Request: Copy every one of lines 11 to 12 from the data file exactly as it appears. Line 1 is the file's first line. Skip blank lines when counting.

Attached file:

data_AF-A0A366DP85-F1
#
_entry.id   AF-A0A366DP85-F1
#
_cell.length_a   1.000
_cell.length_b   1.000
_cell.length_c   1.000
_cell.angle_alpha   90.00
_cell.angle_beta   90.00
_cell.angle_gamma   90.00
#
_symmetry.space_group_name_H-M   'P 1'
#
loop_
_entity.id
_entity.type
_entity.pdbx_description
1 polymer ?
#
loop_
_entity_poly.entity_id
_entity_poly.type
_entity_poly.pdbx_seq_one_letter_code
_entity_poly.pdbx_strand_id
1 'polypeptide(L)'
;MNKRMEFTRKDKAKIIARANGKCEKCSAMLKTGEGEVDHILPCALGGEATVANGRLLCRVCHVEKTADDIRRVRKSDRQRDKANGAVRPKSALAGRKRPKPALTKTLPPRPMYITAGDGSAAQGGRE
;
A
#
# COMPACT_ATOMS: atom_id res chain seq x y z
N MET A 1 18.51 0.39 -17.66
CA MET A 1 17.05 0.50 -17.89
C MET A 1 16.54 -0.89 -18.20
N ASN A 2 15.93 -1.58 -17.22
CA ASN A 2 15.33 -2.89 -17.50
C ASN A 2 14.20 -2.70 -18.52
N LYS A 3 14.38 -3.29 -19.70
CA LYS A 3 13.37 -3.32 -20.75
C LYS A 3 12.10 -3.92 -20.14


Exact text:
#
_symmetry.space_group_name_H-M   'P 1'